Recent changes to Victorian WorkCover legislation were welcomed by sufferers of silicosis, but more work is needed to ensure workers have “fair access to justice”.
Following the release of the National Dust Disease Taskforce report, Lawyers Weekly spoke to two lawyers from Maurice Blackburn’s specialised occupational diseases department: principal Sally Weir and law clerk Ross Sottile – who said the current WorkCover system is not designed for latent onset diseases.
“Injured workers with silicosis, asbestosis and other latent occupational diseases do not know if, when and to what extent their condition will progress. They also do not know if they will develop a further condition related to the same occupational exposure,” they said.
“Occupational disease lawyers must make the often-difficult decision with their client as to the appropriate time to access impairment benefits and/or common law damages. This can be a fraught process as earlier access of entitlements can lead to significantly less amounts in compensation than if the claimant had waited and their disease had progressed and/or they had developed a further related disease.
“The length of exposure often associated with occupational diseases which can span decades, also means that the various historical iterations of the Accident Compensation Act remain relevant for such matters and add some more layers of complexity that must be carefully navigated based on a particular client’s work history,” Ms Weir and Mr Sottile added.
Silicosis is a long-term lung disease caused by crystalline silica – which is often found in certain types of engineered stone as well as rock, sand and clay. People who work with these materials, including stonemasons who cut engineered stone into kitchen benchtops, create a fine dust that is easily inhaled.
In June, Victoria announced that lung cancer with silicosis and scleroderma with silicosis would be added to the state’s list of proclaimed diseases, meaning workers would no longer need to fight to be eligible for workers’ compensation under the Workers Compensation Act.
Following this announcement, the National Dust Disease Taskforce delivered its final report into the investigation of silica dust exposure, which a number of firms supported.
Ms Weir and Mr Sottile said that this change to the proclaimed diseases list for WorkCover claims is a significant amendment that will assist silica exposed workers, but that there was a lot more the state needed to improve on.
“Adding auto-immune conditions to this list, that are strongly linked with silica dust exposure, will enable the initial WorkCover Claim process to be more streamlined and efficient for workers with a silica disease. It is really an acknowledgement that the link between these conditions and silica dust is so significant that the ‘default’ should be to accept the claim,” they said.
“However, silica exposed workers who have auto-immune conditions should definitely obtain detailed legal advice about their compensation entitlements even if they don’t have a diagnosis with silicosis. We have assisted a number of workers in this position with claims.”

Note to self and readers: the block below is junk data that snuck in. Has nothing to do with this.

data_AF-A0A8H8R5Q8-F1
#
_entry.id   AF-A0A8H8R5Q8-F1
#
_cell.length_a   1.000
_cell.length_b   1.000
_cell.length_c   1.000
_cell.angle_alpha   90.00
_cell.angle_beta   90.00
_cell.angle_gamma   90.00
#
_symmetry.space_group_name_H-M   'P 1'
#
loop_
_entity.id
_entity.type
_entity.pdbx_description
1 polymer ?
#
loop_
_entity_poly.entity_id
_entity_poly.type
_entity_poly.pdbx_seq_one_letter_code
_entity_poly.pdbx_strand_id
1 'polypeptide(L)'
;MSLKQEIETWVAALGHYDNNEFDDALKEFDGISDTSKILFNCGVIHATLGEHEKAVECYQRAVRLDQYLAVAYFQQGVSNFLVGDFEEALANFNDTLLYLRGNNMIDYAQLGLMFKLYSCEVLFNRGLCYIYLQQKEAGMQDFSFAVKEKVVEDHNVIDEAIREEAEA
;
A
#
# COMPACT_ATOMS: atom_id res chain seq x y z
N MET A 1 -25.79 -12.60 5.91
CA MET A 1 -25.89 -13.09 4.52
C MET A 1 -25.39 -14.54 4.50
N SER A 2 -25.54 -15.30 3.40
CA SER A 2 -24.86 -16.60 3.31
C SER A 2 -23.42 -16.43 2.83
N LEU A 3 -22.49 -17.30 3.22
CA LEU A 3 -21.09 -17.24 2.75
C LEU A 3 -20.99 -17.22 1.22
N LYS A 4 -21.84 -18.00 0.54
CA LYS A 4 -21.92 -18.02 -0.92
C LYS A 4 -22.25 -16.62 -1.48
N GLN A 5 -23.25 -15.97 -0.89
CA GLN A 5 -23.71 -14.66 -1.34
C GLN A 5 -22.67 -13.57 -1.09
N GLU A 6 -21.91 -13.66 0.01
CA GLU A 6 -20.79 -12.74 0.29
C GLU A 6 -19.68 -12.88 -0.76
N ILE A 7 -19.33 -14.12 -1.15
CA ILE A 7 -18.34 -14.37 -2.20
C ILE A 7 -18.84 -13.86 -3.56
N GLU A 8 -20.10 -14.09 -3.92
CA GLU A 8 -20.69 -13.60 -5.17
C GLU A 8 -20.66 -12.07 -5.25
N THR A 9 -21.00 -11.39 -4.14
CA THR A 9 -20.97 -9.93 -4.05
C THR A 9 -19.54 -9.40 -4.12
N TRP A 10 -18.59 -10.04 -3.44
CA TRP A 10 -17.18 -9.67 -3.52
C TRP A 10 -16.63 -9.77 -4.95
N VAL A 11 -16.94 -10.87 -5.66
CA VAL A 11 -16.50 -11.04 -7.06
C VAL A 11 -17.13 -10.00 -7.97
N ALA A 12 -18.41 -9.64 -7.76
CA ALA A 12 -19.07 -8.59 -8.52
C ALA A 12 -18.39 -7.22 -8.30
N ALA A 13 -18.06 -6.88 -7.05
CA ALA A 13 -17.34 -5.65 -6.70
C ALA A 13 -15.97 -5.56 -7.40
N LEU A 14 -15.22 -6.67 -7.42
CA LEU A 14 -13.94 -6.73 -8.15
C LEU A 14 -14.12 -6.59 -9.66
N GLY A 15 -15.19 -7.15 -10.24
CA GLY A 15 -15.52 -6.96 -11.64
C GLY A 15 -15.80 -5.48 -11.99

Whilst the amendment to the WorkCover proclaimed diseases list is good, Ms Weir and Mr Sottile said that there are a number of further modifications that must be progressed to avoid unjust outcomes for sufferers of occupational diseases.
For example, those infected with silica-related diseases are at a significantly higher risk of lung cancer and ensuring that a settlement claim for silica exposure now won’t mean they can’t make a claim related to lung cancer in the future.
“The National Dust Disease Taskforce found that there was an urgent need to put further protections in place to protect workers exposed to silica dust. It fell short of recommending an immediate ban on engineered stone with it to be considered instead in three years’ time,” Ms Weir and Mr Sottile added.
“Whilst it is encouraging that vast improvements have been demanded, if there is no improvement in safety compliance rates 2024 is too late to address this very serious and dangerous issue. We need a licensing scheme now, with a clear indication as to how appropriate national oversight will occur and a focus on penalties for any breaches of the scheme.”
The Taskforce report also found that nearly one in four engineered stoneworkers who have been in the industry since 2018 are suffering from silicosis or other silica dust-related diseases and suggested that existing WHS regulatory frameworks have not effectively protected people working with engineered stone – and stated that “reform is urgently required”.
Moving forward, Ms Weir and Mr Sottile recommended that lawyers working in this space take full and detailed life and work histories and take immediate steps to understand the client’s prognosis and life expectancy.
“Unfortunately, we have a growing cohort of occupationally exposed workers with entirely preventable diseases. Silicosis is just one example. Owing to the variety of dust and chemicals in modern workplaces, occupational disease lawyers must continue to drive detailed investigations to support workers,” they said.
“We encourage the enforcement regulators to give ongoing focus and attention to occupational dust and fumes exposures so that we can avoid more workers getting sick in the future.”